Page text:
LIFE IN CHANGE
( Chapters from the book of "LIFE IN CHANGE ")
By Alan Zhang
In the remote countryside village in southern China, the children at my time were hardly fed with enough food, dressed with decent clothes and good pairs of shoes, not to say to be housed in warm rooms in winter and cool shelters in summer. We were surviving in the lifeline of poverty. Living in that condition, there was no need to know where was America. My parents were never able to tell me where was America when I was a very young boy. My schoolteacher tried to explain where was America but I could never understand it at that time. To make a long story short, I was always told that America was under our feet, on the other side of the earthen globe. In fact, children of the whole China were told that this was where America was. It might be very true. America was full of mystery to me but I never thought I could reach her any day, not to say to dream of ending up my life in America. The truth is, no matter I live, I am still and always proud of the fact that I was from where I was.
March 1956, my life started in the countryside village named Heping in southern part of the People's Republic of China. Heping meant "peace". What a beautiful name! My family was the poor of the poorest in the country. My ancestors had been farmers for generations ever. My parents had four children in the end. I was the second with an older sister and two younger brothers.
The year when I was born was the beginning of the 3-year agriculture disasters in China. During these three years, the numbers of people who died of hunger were never being recorded, one million, two millions, who knew. Who would care for what had been in the past for so many years? In my village, people ate grass root, tree skins and leaves to struggle to survive. I was the young survivor.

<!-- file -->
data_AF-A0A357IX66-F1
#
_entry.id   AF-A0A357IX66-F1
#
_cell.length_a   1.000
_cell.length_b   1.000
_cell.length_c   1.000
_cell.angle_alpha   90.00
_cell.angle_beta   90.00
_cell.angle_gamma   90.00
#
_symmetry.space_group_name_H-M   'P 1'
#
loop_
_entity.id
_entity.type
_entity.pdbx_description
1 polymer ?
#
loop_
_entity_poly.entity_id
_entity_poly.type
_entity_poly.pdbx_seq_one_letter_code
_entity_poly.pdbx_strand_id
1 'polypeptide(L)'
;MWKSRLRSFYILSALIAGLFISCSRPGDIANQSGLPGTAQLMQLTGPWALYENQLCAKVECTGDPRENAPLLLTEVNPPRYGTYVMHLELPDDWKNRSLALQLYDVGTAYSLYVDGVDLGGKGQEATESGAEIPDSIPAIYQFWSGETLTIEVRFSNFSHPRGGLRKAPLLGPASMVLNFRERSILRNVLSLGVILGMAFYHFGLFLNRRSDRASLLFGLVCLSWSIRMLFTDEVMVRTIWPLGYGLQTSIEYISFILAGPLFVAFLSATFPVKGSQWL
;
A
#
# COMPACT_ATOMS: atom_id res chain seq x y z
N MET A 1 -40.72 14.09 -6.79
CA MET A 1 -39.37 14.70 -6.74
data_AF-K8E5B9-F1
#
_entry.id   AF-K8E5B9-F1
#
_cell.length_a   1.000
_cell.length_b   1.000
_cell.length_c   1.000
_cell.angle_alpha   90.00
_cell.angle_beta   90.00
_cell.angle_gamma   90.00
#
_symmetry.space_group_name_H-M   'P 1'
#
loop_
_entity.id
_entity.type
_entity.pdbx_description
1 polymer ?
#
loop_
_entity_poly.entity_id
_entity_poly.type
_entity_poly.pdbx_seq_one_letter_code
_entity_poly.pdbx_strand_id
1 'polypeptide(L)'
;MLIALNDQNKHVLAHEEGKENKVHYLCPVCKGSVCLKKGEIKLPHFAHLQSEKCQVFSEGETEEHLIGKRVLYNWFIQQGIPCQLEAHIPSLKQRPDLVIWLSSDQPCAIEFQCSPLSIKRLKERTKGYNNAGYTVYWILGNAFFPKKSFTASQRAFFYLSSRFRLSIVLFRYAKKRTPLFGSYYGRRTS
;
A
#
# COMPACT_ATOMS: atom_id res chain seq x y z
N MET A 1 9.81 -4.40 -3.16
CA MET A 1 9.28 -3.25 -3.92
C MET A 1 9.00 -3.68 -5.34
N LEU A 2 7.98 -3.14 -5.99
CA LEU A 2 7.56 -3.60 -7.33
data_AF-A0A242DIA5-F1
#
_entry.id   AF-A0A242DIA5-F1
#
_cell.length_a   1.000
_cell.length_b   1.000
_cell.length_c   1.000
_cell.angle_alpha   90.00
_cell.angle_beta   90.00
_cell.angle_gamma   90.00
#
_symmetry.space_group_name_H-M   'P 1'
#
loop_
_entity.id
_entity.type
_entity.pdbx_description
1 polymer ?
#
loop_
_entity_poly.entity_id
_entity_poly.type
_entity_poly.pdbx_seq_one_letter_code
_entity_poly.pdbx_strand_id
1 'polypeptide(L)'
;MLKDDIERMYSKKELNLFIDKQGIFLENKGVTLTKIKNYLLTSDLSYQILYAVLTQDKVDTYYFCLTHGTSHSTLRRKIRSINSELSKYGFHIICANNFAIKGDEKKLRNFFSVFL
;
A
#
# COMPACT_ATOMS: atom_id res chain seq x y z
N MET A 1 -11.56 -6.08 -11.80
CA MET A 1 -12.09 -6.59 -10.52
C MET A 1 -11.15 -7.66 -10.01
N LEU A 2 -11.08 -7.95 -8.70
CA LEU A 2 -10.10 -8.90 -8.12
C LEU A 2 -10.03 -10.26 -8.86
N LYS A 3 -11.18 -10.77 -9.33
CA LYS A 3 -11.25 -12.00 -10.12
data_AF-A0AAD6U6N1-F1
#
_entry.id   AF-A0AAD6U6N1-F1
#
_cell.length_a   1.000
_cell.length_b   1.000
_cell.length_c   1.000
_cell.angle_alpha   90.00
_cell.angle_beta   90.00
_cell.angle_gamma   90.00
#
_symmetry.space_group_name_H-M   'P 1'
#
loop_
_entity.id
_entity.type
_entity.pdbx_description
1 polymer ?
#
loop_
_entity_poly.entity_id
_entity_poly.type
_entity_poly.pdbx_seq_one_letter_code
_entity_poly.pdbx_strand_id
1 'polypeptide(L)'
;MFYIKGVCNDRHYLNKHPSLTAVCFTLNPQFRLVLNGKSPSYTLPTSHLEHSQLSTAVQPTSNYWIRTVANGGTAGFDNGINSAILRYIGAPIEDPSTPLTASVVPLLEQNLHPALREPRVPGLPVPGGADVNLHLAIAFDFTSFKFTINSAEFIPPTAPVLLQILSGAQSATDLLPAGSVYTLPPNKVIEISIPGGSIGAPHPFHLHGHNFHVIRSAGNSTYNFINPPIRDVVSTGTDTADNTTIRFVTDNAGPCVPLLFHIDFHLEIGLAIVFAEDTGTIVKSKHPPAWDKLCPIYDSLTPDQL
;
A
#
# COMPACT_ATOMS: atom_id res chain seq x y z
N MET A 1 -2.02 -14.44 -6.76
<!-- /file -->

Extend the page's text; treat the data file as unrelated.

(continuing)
In four years after I was born, I got the two little brothers. They, too, were lucky to be born but unlucky to be born in these years of poverty. My father almost adopted my youngest bother to a couple in the city of Hangzhou, 50 kilometers from our home. The couple set forth a rule that we would never go to Hangzhou, to see and to recognize my brother as a member of our family and we had to completely cut off any connection with my brother's new family. In the time of making that decision, I was only five years old and I still remembered today these days that my father was talking about this possible adoption every day. My dad kept saying that he (my youngest brother) would have been able to have a good life if we let him go. Staying in with us in the family would make all of us suffer from poverty and being poor. However, father could not bear to suffer the heartful pain for not to see my brother forever. Father finally decided that we were to live together and to grow together, even we were kept being poor. He could not let the baby just being taken away without knowing of his future. I remembered I was very happy to learn the final decision and felt settled for the case.